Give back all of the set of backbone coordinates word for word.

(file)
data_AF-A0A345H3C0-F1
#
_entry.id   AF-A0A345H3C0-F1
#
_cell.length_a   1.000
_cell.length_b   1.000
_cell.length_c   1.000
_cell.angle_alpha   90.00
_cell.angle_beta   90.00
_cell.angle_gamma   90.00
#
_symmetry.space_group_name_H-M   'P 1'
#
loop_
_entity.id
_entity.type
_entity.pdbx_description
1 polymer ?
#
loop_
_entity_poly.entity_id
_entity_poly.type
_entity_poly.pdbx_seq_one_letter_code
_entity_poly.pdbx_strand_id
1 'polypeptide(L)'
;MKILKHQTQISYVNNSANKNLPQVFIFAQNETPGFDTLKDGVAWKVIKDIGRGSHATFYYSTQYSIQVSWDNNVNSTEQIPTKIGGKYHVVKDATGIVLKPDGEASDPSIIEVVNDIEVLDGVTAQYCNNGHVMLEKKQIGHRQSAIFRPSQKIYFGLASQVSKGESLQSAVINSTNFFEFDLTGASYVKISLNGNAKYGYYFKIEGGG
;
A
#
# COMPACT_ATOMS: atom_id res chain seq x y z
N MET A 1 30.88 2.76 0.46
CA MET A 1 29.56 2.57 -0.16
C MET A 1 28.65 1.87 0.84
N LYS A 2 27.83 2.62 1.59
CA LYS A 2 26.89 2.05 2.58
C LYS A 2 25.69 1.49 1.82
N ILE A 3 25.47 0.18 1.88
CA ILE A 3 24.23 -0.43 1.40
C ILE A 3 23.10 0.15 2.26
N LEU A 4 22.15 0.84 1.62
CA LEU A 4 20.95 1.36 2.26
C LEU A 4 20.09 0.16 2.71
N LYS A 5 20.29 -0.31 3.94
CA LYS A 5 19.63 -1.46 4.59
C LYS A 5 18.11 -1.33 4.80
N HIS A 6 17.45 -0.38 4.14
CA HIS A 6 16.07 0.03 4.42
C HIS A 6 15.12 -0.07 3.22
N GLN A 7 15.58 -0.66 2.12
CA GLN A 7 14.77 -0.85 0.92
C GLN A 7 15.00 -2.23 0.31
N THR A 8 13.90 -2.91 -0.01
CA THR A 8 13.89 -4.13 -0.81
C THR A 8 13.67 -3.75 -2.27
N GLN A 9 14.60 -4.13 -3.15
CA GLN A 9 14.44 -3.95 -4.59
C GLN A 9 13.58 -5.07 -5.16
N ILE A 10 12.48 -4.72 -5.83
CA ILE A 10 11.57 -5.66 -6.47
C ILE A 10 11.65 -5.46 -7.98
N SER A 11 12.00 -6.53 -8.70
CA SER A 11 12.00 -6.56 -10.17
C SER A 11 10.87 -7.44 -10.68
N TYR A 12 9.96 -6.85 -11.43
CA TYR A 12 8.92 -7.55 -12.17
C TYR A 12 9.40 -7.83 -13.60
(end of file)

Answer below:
data_AF-A0A345H3C0-F1
#
_entry.id   AF-A0A345H3C0-F1
#
_cell.length_a   1.000
_cell.length_b   1.000
_cell.length_c   1.000
_cell.angle_alpha   90.00
_cell.angle_beta   90.00
_cell.angle_gamma   90.00
#
_symmetry.space_group_name_H-M   'P 1'
#
loop_
_entity.id
_entity.type
_entity.pdbx_description
1 polymer ?
#
loop_
_entity_poly.entity_id
_entity_poly.type
_entity_poly.pdbx_seq_one_letter_code
_entity_poly.pdbx_strand_id
1 'polypeptide(L)'
;MKILKHQTQISYVNNSANKNLPQVFIFAQNETPGFDTLKDGVAWKVIKDIGRGSHATFYYSTQYSIQVSWDNNVNSTEQIPTKIGGKYHVVKDATGIVLKPDGEASDPSIIEVVNDIEVLDGVTAQYCNNGHVMLEKKQIGHRQSAIFRPSQKIYFGLASQVSKGESLQSAVINSTNFFEFDLTGASYVKISLNGNAKYGYYFKIEGGG
;
A
#
# COMPACT_ATOMS: atom_id res chain seq x y z
N MET A 1 30.88 2.76 0.46
CA MET A 1 29.56 2.57 -0.16
C MET A 1 28.65 1.87 0.84
N LYS A 2 27.83 2.62 1.59
CA LYS A 2 26.89 2.05 2.58
C LYS A 2 25.69 1.49 1.82
N ILE A 3 25.47 0.18 1.88
CA ILE A 3 24.23 -0.43 1.40
C ILE A 3 23.10 0.15 2.26
N LEU A 4 22.15 0.84 1.62
CA LEU A 4 20.95 1.36 2.26
C LEU A 4 20.09 0.16 2.71
N LYS A 5 20.29 -0.31 3.94
CA LYS A 5 19.63 -1.46 4.59
C LYS A 5 18.11 -1.33 4.80
N HIS A 6 17.45 -0.38 4.14
CA HIS A 6 16.07 0.03 4.42
C HIS A 6 15.12 -0.07 3.22
N GLN A 7 15.58 -0.66 2.12
CA GLN A 7 14.77 -0.85 0.92
C GLN A 7 15.00 -2.23 0.31
N THR A 8 13.90 -2.91 -0.01
CA THR A 8 13.89 -4.13 -0.81
C THR A 8 13.67 -3.75 -2.27
N GLN A 9 14.60 -4.13 -3.15
CA GLN A 9 14.44 -3.95 -4.59
C GLN A 9 13.58 -5.07 -5.16
N ILE A 10 12.48 -4.72 -5.83
CA ILE A 10 11.57 -5.66 -6.47
C ILE A 10 11.65 -5.46 -7.98
N SER A 11 12.00 -6.53 -8.70
CA SER A 11 12.00 -6.56 -10.17
C SER A 11 10.87 -7.44 -10.68
N TYR A 12 9.96 -6.85 -11.43
CA TYR A 12 8.92 -7.55 -12.17
C TYR A 12 9.40 -7.83 -13.60